Saturday, August 20, 2016

Winter birds of Lake Galletely Gatton

20 August 2016

Lake Galletely ~ Gatton, South-East Queensland

Lake Galletely & Lake Lenore are both located in the Environmental Park at UQ Gatton Campus and it is an amazing place to see a wide range of birds in one location.  Today I had to go to the Small Animal Hospital with a couple of wildlife critters, and after, couldn't resist going for a walk along the boardwalk to the lakes.  Previous years in August we have seen Pink-eared Ducks and Red-necked Avocets at Lake Galletely, and I had hoped they would be there again today (and hoping so, as I recently told someone that this location was a good place to go in August for a Pink-eared sighting! oops).  These two were not onsite today, but the birding didn't disappoint.  

The Magpie Geese are such an incredible sight, and their sheer size always takes me aback, especially when a Black-fronted Dotterel is standing side by side one!  As I was leaving the lake, I went to have a look at some Golden-headed Cisticolas on the edge of the lake, when a large flock of Plumed-whistling Ducks flew overhead and landed on the far bank of the lake, it was at this time that I almost stood on a massive brown snake, basking in the sun amongst the long grass - luckily he saw me before I saw him, and quickly unravelled into the thick grasses.  

We are back at the uni again later in the coming week, so will visit again in hope of getting a photo of the avocets.  


Magpie Goose - Lake Galletely, Gatton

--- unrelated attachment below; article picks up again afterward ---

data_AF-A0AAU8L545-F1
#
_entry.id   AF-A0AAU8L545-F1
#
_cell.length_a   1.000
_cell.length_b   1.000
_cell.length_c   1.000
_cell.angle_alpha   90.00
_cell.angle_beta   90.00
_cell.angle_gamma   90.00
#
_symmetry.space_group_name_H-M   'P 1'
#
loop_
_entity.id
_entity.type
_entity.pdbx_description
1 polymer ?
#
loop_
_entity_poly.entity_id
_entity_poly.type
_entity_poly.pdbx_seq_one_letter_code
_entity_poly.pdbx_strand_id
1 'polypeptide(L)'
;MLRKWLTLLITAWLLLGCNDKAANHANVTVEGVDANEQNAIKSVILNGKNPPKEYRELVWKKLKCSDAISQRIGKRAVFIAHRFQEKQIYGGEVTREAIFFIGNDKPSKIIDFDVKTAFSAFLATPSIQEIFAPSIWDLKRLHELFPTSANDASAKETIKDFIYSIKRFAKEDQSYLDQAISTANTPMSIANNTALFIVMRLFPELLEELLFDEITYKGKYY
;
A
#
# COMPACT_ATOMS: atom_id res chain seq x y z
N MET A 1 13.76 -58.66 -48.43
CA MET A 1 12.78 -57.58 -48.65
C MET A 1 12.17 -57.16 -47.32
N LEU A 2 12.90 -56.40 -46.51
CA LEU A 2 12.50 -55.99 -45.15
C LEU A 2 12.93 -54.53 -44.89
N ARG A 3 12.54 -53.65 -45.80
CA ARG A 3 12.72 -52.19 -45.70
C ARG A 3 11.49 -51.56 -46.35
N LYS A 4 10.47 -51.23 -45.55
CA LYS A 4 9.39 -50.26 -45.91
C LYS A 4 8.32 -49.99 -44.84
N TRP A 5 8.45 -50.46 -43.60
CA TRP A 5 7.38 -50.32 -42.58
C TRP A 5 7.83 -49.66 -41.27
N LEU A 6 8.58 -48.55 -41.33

Magpie Geese, Lake Galletely, Gatton

Tiny Black-fronted Dotterel with Magpie Goose in the background at Lake Galletely

Grey Teal, Lake Galletely, Gatton
Black-winged Stilt, Lake Galletely, Gatton  (The water really didn't look quite this yellow, but the sun has made it look quite unusual in this shot)

Domestic Duck at Lake Galletely (Mallard maybe?)

Gatton Uni - Nesting Box Project

Short-necked turtles caught kissing - Lake Galletely, Gatton

Superb Blue Fairy Wren, Lake Galletely, Gatton

Had to add this photo, although it's not the clearest - cute Daddy Superb Blue feeding his 'big' little one.

Crested Pigeons at Lake Lenore, Gatton
Purple Swamphen - Lake Lenore, Gatton

Please correct me if I am wrong on this one - Female Golden Whistler?  Lake Galletely, Gatton.

Friday, August 12, 2016

Barbed wire & wildlife don't mix

First published 12th August 2016  (Updated 18th September 2017)

The importance of Wildlife Friendly Fencing

Over the years we have documented numerous sad sightings of wildlife tangled and impailed on barbed wire fencing locally.  Often the outcome for these animals, is not good with a long painful death, suffering on the fence, and if rescued, often their injuries are too severe to survive.
Wildlife that become entangled on barbed wire, often also have injuries to their mouths, as they try to bite their way off the wire, causing dreadful damage from the barbs inside their mouths.  They also panic and try to free themselves, often wrapping their body around the wire more and causing more damage as they try to escape.

Educating property owners about wildlife friendly fencing is imperative.  Livestock and wildlife can both co- exist safely.  Please see our recommendations below. Should you find an animal stuck on barbed wire, please call your local wildlife carer or phone the RSPCA Wildlife Rescue Hotline on 1300ANIMAL to be put in touch with a local carer for assistance. Do not attempt to free flying foxes or bats - only vaccinated trained experts are permitted to do this.

All photos below have been taken within the Toowoomba region.

Wildlife Friendly Fencing, is fencing that is safe and effective for wildlife, people and livestock.

•It does not entangle or harm wildlife.